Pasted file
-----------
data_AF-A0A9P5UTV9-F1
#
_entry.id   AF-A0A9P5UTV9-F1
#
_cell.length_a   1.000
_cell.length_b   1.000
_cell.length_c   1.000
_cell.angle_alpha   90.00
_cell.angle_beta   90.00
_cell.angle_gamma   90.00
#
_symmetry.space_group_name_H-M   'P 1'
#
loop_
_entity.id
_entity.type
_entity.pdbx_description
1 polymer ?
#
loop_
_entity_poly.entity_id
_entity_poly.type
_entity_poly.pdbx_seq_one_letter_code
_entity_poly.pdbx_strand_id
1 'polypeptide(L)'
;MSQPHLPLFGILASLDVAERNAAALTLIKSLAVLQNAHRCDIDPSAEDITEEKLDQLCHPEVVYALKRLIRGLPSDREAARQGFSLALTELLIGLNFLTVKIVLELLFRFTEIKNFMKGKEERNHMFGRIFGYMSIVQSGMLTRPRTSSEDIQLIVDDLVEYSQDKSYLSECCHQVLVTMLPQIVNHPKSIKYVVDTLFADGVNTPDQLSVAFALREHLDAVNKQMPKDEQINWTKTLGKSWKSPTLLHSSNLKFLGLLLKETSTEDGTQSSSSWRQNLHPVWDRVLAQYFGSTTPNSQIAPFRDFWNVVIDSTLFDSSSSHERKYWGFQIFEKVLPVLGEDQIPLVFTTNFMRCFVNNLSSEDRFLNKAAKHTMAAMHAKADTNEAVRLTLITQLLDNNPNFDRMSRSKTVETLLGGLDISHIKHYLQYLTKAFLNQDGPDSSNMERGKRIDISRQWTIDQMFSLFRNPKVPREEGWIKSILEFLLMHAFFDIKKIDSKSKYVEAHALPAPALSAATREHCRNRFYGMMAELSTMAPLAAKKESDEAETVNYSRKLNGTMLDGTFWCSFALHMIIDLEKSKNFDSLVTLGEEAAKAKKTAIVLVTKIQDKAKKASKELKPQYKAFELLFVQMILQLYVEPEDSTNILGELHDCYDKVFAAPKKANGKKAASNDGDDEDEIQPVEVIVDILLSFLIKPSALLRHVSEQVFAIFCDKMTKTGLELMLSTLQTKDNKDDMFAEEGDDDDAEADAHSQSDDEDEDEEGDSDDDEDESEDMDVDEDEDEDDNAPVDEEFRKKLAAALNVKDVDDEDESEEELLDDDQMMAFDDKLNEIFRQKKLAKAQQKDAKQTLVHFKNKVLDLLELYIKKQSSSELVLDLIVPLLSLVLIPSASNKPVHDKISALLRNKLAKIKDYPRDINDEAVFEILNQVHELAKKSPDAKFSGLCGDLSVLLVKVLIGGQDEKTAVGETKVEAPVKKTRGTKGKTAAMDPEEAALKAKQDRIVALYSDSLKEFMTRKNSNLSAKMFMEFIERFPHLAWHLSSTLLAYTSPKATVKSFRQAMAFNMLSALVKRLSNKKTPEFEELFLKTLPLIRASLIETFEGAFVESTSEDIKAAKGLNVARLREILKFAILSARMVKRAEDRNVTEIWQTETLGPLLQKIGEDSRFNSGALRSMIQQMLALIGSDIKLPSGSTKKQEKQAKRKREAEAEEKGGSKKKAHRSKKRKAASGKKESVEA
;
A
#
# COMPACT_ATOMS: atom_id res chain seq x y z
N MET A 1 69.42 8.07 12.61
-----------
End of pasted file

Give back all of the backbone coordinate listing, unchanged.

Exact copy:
data_AF-A0A9P5UTV9-F1
#
_entry.id   AF-A0A9P5UTV9-F1
#
_cell.length_a   1.000
_cell.length_b   1.000
_cell.length_c   1.000
_cell.angle_alpha   90.00
_cell.angle_beta   90.00
_cell.angle_gamma   90.00
#
_symmetry.space_group_name_H-M   'P 1'
#
loop_
_entity.id
_entity.type
_entity.pdbx_description
1 polymer ?
#
loop_
_entity_poly.entity_id
_entity_poly.type
_entity_poly.pdbx_seq_one_letter_code
_entity_poly.pdbx_strand_id
1 'polypeptide(L)'
;MSQPHLPLFGILASLDVAERNAAALTLIKSLAVLQNAHRCDIDPSAEDITEEKLDQLCHPEVVYALKRLIRGLPSDREAARQGFSLALTELLIGLNFLTVKIVLELLFRFTEIKNFMKGKEERNHMFGRIFGYMSIVQSGMLTRPRTSSEDIQLIVDDLVEYSQDKSYLSECCHQVLVTMLPQIVNHPKSIKYVVDTLFADGVNTPDQLSVAFALREHLDAVNKQMPKDEQINWTKTLGKSWKSPTLLHSSNLKFLGLLLKETSTEDGTQSSSSWRQNLHPVWDRVLAQYFGSTTPNSQIAPFRDFWNVVIDSTLFDSSSSHERKYWGFQIFEKVLPVLGEDQIPLVFTTNFMRCFVNNLSSEDRFLNKAAKHTMAAMHAKADTNEAVRLTLITQLLDNNPNFDRMSRSKTVETLLGGLDISHIKHYLQYLTKAFLNQDGPDSSNMERGKRIDISRQWTIDQMFSLFRNPKVPREEGWIKSILEFLLMHAFFDIKKIDSKSKYVEAHALPAPALSAATREHCRNRFYGMMAELSTMAPLAAKKESDEAETVNYSRKLNGTMLDGTFWCSFALHMIIDLEKSKNFDSLVTLGEEAAKAKKTAIVLVTKIQDKAKKASKELKPQYKAFELLFVQMILQLYVEPEDSTNILGELHDCYDKVFAAPKKANGKKAASNDGDDEDEIQPVEVIVDILLSFLIKPSALLRHVSEQVFAIFCDKMTKTGLELMLSTLQTKDNKDDMFAEEGDDDDAEADAHSQSDDEDEDEEGDSDDDEDESEDMDVDEDEDEDDNAPVDEEFRKKLAAALNVKDVDDEDESEEELLDDDQMMAFDDKLNEIFRQKKLAKAQQKDAKQTLVHFKNKVLDLLELYIKKQSSSELVLDLIVPLLSLVLIPSASNKPVHDKISALLRNKLAKIKDYPRDINDEAVFEILNQVHELAKKSPDAKFSGLCGDLSVLLVKVLIGGQDEKTAVGETKVEAPVKKTRGTKGKTAAMDPEEAALKAKQDRIVALYSDSLKEFMTRKNSNLSAKMFMEFIERFPHLAWHLSSTLLAYTSPKATVKSFRQAMAFNMLSALVKRLSNKKTPEFEELFLKTLPLIRASLIETFEGAFVESTSEDIKAAKGLNVARLREILKFAILSARMVKRAEDRNVTEIWQTETLGPLLQKIGEDSRFNSGALRSMIQQMLALIGSDIKLPSGSTKKQEKQAKRKREAEAEEKGGSKKKAHRSKKRKAASGKKESVEA
;
A
#
# COMPACT_ATOMS: atom_id res chain seq x y z
N MET A 1 69.42 8.07 12.61